answers. Use ID numbers not names
  • Anonymity But, if you have no identifying info
    linking subjects to their surveys then follow-up
    is not possible

32
EXPERIMENT IN RESEARCH
  • Answers questions about the effect of a treatment
    or intervention on some other variable whose
    values can be manipulated by the researcher. If
    Clarinex given then symptoms reduced. 1. Clarinex
    given 2. placebo given 3. nothing given
  • Experiment is powerful design for testing
    hypotheses (A research question in testable
    format)
  • Hypothesis is explanatory - quantitative

33
Hypotheses
  • A specific expectation deduced from a more
    general theory
  • We test the hypotheses not the more general
    theories
  • Variation in one variable in the hypothesis
  • is supposed to predict, influence or cause
    variation in another variable in the hypothesis

34
Example
  • Deterrence Theory Punishment deters crime
  • Deterrence Hypothesis If abusers are arrested
    on first offense then abusers will be less likely
    to abuse again.
  • or
  • As arrests for abuse increase, recidivism for
    abuse decreases

35
Components of Hypotheses
  • Independent variable considered to be the
    causal variable. It is manipulated by researcher
    to effect (influence or cause) change in
    Dependent (another) variable
  • Independent variableCause
  • Dependent variableEffect

36
CAUSATION
  • A cause is an explanation for some
    characteristic, attitude or behavior
  • Causation is often shown by experiment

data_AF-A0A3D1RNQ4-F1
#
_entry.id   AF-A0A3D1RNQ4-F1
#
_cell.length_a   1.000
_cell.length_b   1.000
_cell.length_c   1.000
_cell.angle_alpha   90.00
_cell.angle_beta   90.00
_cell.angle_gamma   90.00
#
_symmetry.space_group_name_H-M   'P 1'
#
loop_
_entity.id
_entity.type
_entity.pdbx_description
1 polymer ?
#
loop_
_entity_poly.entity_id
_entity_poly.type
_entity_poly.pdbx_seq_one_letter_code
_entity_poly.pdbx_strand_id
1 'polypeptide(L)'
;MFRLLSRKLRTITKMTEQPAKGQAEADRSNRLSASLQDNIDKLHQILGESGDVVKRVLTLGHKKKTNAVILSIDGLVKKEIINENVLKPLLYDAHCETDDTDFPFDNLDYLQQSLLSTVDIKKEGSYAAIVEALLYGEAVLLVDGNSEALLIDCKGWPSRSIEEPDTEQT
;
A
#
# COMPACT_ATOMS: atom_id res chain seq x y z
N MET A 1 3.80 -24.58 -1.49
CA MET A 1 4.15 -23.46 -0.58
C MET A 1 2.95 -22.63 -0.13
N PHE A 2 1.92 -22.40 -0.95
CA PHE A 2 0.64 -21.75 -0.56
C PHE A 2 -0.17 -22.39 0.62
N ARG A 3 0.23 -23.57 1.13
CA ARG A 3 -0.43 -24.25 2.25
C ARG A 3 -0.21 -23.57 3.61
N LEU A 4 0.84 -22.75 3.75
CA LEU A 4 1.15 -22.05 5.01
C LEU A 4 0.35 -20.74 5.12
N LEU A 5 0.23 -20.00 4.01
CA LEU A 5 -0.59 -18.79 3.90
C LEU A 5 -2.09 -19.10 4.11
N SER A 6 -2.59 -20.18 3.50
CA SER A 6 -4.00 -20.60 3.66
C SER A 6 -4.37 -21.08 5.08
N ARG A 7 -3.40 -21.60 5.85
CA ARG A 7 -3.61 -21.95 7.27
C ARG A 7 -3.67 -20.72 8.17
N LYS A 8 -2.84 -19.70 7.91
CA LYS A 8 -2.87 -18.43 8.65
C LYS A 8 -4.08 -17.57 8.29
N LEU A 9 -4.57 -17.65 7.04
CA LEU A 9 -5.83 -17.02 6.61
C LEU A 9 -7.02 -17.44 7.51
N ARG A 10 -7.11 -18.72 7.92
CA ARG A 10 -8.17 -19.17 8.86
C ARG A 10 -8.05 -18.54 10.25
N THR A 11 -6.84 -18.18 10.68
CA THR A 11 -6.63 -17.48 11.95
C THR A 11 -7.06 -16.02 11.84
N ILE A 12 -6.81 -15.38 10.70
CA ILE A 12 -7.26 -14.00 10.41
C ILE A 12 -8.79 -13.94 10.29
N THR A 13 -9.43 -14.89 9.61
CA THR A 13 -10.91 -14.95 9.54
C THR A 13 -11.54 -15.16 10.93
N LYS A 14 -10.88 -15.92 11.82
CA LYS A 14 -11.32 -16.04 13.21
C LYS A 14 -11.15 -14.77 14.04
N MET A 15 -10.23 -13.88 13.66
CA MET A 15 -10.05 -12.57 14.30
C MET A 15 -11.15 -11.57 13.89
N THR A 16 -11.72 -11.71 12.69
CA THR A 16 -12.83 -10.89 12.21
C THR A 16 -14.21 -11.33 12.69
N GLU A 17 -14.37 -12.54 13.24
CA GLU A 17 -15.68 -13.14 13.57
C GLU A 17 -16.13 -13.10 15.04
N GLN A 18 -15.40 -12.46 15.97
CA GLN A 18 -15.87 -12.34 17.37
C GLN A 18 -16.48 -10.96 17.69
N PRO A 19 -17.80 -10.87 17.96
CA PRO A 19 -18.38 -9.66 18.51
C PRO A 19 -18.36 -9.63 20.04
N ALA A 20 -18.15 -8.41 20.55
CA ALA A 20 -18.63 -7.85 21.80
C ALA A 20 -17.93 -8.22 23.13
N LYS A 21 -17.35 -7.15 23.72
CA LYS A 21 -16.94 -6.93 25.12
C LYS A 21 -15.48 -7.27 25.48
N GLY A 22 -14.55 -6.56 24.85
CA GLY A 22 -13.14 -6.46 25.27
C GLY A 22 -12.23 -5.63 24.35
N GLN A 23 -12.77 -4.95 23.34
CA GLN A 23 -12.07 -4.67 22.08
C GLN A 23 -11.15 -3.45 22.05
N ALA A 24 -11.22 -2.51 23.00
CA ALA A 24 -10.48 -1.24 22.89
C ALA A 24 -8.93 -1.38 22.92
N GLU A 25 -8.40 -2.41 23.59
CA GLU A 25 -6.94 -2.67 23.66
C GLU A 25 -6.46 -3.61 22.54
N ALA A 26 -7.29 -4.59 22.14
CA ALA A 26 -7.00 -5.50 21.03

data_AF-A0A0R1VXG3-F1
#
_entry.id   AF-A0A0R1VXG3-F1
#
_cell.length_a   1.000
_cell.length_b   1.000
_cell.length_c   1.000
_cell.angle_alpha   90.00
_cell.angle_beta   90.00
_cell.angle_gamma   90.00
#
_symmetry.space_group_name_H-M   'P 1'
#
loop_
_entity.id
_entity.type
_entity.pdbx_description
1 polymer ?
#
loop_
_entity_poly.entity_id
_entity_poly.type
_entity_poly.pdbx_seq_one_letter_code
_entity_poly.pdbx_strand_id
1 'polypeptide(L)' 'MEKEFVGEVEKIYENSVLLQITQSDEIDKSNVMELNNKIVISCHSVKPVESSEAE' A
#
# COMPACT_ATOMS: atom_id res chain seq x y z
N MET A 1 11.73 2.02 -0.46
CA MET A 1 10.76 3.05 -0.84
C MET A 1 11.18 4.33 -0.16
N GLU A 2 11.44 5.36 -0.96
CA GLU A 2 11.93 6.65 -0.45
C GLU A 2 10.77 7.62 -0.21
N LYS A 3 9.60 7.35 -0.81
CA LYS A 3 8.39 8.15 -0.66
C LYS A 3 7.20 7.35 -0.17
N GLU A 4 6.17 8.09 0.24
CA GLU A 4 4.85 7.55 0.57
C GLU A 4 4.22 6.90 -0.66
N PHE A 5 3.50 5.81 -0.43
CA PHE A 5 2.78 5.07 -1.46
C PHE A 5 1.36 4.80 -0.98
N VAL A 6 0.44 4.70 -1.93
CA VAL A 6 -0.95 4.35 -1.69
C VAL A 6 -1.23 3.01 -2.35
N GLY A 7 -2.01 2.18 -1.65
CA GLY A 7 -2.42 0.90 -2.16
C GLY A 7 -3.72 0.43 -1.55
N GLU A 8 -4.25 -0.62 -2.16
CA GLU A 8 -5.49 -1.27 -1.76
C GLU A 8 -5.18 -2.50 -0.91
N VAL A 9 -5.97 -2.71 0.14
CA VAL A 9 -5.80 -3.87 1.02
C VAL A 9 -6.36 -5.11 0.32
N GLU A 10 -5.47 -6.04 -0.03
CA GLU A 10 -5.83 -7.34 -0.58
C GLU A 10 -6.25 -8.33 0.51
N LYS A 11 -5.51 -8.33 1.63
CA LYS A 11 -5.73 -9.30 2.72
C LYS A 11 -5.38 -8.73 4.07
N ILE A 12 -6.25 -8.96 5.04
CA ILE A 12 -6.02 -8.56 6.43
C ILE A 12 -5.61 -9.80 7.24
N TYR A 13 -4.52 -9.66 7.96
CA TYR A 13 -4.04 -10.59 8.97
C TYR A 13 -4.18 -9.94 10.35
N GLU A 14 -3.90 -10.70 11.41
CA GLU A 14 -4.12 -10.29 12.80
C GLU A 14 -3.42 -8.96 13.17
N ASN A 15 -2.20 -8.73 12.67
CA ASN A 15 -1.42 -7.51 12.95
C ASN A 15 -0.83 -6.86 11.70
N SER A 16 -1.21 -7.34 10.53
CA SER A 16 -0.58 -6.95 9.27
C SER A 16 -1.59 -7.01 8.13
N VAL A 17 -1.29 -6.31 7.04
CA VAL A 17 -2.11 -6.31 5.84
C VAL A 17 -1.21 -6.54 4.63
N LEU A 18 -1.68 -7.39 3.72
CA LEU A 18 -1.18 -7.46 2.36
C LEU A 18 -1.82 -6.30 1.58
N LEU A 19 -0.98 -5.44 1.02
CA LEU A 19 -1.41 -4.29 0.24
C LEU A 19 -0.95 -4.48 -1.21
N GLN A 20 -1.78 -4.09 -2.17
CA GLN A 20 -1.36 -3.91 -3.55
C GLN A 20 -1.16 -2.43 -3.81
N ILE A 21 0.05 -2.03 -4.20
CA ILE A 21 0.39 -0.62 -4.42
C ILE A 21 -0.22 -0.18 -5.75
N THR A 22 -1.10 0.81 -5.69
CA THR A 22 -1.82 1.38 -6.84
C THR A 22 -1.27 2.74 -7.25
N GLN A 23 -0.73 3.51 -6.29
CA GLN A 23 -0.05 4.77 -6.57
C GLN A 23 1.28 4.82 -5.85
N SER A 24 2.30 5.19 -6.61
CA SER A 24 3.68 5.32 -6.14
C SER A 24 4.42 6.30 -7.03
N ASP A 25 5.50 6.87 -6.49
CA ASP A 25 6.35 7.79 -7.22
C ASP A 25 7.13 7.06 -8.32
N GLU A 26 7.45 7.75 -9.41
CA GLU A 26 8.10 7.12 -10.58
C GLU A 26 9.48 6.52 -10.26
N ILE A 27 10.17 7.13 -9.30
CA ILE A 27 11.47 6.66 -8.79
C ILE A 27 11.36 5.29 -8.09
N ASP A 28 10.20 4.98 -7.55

• A variation in the IV results in variation in
    the DV

37
Essential Components of Experimental Design
  • At least two comparison groups of subjects
    (usually experimental and control groups)
  • Variation in the independent variable occurs
    before assessment of change in the dependent
    variable
  • Random assignment to the two (or more) comparison
    groups
  • A combination of these components gives us more
    confidence in the validity of causal conclusions

38
  • Confidence is increased with the addition of two
    other components
  • 1. Control over the context of an experiment
  • 2. Identification of the causal mechanism

39
Conditions of a True Experiment
  • Must have at least one experimental group
    (subjects who receive some treatment or
    manipulation)
  • At least one comparison group (subjects to whom
    the experimental group can be compared) who
    receive a different treatment or no treatment
  • If no treatment is given to the comparison group
    it is called a control group

40
  • All true experiments have a post-test
    (measurement of the outcome in both groups after
    the experimental group has received the
    treatment)
  • Does not require a pre-test but it can be
    advantageous
  • Pre-tests provide a measure of how much the
    experimental and comparison groups change over
    time.

41
Popular Pre-test/Post-test Control Group Design
  • Two or more groups (at least one experimental and
    one control)
  • Pre-test and post-tests
  • Random Assignment to Groups (Randomization)
  • Note This is not the same thing as Random
    Sampling to be discussed in Sampling Lecture

42
  • Random Assignment places pre-designated subjects
    into two or more groups on the basis of chance
  • If comparison group differs from the
    experimental group in anyway besides not
    receiving treatment or receiving a different
    treatment, cant determine for sure what the
    unique effects of the treatments are.

43
  • In true experiment subjects must be randomly
    assigned to the comparison and experimental
    groups.
  • Eliminates systematic bias
  • When used, the odds of a difference between the
    comparison and experimental groups by chance can
    be calculated.
  • Larger the group the better this works (over 30
    subjects is best)

44
  • Matching subjects are assigned to the different